“Students’ incoming GPAs are one measure of quality, along with high GMAT scores and strong work experiences at top organizations. When you take that all together, it shouldn’t be a surprise that many of the brightest and most accomplished people would want to be part of our program.”
Yet each year more schools get in the online MBA game. How does a school continue to innovate and get better each year as the competition grows for top talent?
“The newest innovation within the Kelley Direct Online MBA has been the launch of the revised curriculum, featuring an innovative set of integrated core modules,” Venkataraman says. “Each integrated core module allows students to gain deep knowledge in three subject areas while at the same time allowing them to see connections across the subject areas. The connections across the subject areas are emphasized in the live sessions each week, for example, by discussing the same case or scenario from different perspectives. We also are exploring ways to scale and improve our experiential learning offerings, adding new cities in the U.S. and abroad to provide rich contexts for student exploration and consulting, while also working with faculty to develop new models of courses.”
MISSION: ‘TO GIVE OPPORTUNITY & CREATE OPPORTUNITY’
Indiana Kelley is the not the school with the top average GMAT score this year; that distinction belongs to UNC Kenan-Flagler. (Interestingly, those two shared first place in the most recent U.S. News online MBA ranking.) Brad Staats, associate dean of MBA programs at UNC, says whether it’s online or full-time residential, Kenan-Flagler doesn’t compromise its standards.
“From design to launch of our online MBA program in 2011, our philosophy has been not to compromise,” Staats tells P&Q. “We put the program together to attract exceptional students and offer them the best possible MBA experience. We hold these students to the same high standards in admissions that we expect from our other working professional programs. That means not only looking at the GMAT, but also their work experience, leadership roles, and future goals.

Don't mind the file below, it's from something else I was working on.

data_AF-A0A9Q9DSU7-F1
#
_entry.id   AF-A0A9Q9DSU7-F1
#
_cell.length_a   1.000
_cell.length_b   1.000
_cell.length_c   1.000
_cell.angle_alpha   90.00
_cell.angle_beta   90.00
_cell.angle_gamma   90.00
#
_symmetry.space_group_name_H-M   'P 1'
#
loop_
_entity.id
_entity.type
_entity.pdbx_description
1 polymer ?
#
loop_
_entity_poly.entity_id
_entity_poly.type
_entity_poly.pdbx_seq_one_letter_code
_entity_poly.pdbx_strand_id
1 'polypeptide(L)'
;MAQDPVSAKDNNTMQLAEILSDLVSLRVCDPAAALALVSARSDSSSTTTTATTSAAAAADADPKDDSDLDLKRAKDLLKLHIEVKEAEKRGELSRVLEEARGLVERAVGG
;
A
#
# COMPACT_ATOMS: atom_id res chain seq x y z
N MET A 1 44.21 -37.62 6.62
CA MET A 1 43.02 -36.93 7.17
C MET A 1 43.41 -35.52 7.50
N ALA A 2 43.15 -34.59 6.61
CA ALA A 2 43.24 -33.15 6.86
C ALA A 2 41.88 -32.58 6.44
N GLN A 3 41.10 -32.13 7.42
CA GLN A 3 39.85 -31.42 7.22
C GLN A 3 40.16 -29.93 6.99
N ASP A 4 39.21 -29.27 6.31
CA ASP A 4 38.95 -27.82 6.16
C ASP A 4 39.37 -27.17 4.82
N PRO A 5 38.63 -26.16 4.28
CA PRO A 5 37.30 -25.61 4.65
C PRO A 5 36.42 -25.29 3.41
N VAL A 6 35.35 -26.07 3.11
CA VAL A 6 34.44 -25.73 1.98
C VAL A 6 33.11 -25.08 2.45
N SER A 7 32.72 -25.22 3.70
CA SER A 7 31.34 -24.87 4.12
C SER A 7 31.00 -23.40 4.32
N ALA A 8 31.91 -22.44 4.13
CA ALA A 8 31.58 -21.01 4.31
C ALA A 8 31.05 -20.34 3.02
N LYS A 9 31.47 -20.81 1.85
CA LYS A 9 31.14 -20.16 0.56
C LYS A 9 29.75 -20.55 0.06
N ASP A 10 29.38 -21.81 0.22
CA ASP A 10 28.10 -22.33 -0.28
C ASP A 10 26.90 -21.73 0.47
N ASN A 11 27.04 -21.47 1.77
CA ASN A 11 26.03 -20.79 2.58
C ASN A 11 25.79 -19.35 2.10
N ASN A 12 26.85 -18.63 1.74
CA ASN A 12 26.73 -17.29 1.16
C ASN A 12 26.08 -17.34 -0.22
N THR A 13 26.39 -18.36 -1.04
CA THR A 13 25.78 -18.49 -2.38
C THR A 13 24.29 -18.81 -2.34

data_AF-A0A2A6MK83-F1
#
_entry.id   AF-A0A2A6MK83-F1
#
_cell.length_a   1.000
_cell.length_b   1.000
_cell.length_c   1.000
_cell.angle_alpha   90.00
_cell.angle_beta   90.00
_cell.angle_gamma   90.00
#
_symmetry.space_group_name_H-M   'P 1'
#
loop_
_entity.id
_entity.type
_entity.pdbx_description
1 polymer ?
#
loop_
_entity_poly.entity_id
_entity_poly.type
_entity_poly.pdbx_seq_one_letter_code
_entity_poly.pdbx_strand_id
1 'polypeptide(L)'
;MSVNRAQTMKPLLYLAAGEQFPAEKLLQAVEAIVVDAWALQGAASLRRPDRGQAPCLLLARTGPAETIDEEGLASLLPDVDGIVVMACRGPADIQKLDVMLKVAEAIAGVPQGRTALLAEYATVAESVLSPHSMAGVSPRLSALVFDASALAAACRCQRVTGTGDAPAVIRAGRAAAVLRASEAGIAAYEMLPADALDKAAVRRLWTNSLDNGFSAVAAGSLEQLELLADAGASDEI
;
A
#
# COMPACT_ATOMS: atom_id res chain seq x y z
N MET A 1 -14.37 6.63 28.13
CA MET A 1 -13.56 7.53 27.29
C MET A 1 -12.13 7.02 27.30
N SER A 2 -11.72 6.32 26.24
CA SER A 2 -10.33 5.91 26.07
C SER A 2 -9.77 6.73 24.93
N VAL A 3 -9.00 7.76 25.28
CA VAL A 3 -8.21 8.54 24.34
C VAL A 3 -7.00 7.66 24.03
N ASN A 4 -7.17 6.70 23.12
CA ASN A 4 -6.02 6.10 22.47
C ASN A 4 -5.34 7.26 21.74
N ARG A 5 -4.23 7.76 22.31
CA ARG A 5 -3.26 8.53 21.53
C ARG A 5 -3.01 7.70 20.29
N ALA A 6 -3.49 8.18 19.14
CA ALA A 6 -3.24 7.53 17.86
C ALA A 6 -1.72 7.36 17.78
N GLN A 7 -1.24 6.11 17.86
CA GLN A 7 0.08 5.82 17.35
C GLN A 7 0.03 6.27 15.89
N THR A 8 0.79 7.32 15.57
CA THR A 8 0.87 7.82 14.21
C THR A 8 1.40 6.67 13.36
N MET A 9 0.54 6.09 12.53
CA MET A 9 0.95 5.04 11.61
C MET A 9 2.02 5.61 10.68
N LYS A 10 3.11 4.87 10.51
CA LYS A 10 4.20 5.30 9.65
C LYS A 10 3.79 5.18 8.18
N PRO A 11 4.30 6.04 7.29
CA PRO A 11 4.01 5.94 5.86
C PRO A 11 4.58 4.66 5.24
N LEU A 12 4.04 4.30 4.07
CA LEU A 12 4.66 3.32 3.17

“Our faculty, who teach across our programs, continue to be impressed by the quality of these students — executives and entrepreneurs, doctors and investment bankers and more — who are dedicated to earning a top-MBA at UNC Kenan-Flagler to advance their career goals.”
It is noteworthy that both Kelley and Kenan-Flagler — as well as Carnegie Mellon Tepper, which is 14th in GPA (3.32) and second in GMAT (669) — are among the more expensive online MBA programs in the ranking. In fact, CMU ($137,200 total cost) and UNC ($125,589) are 1-2 in that regard.
The Kelley School is not in that neighborhood, cost-wise, but at $74,520 it isn’t cheap, either. “We recognize that students are making significant investments in our program when they accept an admission offer for the Kelley Direct Online MBA,” Ramesh Venkataraman says. “This includes an investment of their time and effort throughout the MBA program, a financial investment in the form of tuition, and an investment of their trust in us that our MBA will help them attain their professional and personal goals.”
On quite the opposite side of cost spectrum is another school with an impressive GMAT average: UMass-Lowell, which reported an average of 645, fourth-highest in our ranking. Dean Sandy Richtermeyer says prospects come to the Manning School in three categories: traditional part-time MBA students who are working professionally to advance their career; international professionals working for leading global companies, including a large contingent of Japanese students; and a very large undergrad population from all colleges at the university. The latter group fits very well with UMass-Lowell’s mission to educate first-generation students, she says.
“We’re so focused on the first-generation experience and what we can offer,” Richtermeyer says. “There’s so much capacity for education and we love the mission of our university, to give opportunity and create opportunity. And we’re in a gateway city — we have a lot of people who have immigrated here. We celebrate them all the time and that is reflected in the success of our graduate programs.”
The 2020 Poets&Quants Online MBA Rankings Package
See page 2 for tables on the 35 ranked schools’ average GMAT scores and average undergraduate GPAs.